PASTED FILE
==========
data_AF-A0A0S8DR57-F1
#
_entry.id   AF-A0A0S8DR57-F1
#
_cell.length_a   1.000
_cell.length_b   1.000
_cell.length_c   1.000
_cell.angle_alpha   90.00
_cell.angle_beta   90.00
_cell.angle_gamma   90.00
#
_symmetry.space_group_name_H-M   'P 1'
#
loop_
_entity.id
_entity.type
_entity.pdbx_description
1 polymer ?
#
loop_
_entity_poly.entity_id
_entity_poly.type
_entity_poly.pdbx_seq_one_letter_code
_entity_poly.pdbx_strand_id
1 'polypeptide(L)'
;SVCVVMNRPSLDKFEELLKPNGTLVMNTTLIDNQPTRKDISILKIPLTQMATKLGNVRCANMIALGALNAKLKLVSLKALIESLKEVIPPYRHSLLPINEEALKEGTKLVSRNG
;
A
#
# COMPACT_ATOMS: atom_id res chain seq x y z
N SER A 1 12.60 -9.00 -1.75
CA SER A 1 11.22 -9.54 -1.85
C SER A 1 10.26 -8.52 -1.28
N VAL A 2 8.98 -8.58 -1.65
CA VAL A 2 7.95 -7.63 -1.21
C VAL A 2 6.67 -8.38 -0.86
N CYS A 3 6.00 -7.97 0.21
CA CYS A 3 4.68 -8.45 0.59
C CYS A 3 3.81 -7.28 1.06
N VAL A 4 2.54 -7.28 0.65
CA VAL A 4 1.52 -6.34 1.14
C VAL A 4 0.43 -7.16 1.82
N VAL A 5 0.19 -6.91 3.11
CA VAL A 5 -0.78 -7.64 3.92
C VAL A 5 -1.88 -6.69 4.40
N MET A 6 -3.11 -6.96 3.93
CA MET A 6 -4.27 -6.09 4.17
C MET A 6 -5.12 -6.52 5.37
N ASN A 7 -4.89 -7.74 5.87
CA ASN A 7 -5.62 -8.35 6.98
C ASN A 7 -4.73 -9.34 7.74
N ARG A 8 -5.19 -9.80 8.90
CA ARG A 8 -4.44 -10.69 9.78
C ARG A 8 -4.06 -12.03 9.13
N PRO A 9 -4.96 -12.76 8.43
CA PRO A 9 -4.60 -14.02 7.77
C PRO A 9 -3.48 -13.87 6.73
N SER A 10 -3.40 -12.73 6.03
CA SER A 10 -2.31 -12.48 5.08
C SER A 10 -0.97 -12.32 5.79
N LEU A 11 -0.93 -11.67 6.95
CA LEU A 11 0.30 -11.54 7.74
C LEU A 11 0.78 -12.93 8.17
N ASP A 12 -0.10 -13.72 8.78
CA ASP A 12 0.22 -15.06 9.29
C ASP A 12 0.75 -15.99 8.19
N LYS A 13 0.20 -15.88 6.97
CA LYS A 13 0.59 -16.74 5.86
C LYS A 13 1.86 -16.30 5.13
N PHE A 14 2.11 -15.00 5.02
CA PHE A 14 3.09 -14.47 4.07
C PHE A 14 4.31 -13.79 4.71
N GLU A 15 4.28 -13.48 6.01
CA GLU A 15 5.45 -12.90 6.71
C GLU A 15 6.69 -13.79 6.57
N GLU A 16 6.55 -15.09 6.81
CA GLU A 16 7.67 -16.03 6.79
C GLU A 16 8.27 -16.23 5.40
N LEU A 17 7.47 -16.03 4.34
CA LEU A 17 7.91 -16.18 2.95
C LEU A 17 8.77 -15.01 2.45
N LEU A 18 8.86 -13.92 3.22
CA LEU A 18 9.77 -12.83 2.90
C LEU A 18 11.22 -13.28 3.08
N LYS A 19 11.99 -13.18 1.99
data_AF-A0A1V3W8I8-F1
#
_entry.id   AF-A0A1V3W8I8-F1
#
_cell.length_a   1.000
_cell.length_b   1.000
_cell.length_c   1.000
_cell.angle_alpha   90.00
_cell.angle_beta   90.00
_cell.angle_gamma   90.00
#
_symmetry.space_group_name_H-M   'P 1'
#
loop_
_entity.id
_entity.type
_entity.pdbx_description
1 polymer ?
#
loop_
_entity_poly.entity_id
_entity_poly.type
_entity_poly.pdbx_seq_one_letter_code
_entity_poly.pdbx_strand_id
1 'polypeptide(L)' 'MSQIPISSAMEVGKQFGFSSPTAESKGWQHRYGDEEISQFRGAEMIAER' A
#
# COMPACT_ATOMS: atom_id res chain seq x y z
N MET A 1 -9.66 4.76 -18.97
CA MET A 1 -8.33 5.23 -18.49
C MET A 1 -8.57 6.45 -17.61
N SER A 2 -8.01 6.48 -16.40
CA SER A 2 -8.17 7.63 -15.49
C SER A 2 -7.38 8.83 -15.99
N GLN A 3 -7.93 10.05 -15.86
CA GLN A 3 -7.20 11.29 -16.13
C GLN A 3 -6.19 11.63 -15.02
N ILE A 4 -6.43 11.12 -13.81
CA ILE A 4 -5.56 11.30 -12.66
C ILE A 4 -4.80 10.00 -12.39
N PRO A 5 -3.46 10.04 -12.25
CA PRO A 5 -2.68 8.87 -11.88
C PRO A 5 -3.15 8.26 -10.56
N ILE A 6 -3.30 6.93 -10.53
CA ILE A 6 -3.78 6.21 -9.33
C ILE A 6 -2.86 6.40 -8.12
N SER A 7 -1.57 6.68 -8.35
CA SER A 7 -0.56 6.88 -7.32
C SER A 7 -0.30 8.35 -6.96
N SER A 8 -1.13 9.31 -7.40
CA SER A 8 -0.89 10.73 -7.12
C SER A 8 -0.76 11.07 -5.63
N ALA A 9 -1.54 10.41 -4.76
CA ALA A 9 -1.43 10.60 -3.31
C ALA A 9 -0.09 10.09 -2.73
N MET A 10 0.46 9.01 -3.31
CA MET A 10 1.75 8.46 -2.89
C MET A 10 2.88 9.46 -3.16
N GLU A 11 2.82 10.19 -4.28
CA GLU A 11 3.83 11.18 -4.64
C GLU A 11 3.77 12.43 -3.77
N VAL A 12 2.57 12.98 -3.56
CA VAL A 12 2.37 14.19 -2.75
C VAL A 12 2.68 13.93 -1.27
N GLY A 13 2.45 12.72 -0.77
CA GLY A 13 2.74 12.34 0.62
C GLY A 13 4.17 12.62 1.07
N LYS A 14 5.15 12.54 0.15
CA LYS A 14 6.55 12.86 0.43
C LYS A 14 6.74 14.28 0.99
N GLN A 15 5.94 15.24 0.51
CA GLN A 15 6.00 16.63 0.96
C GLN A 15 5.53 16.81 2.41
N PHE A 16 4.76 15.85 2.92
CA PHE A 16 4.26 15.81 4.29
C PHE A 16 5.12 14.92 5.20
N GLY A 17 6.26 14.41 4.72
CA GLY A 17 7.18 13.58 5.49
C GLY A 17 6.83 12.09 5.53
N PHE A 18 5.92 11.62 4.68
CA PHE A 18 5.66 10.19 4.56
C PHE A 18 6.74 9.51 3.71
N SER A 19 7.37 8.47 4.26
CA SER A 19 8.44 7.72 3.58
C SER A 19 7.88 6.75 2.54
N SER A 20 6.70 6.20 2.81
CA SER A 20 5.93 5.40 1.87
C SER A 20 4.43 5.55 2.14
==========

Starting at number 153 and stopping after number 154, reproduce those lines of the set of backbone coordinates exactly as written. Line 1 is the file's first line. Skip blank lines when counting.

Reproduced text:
CA LYS A 14 6.55 12.86 0.43
C LYS A 14 6.74 14.28 0.99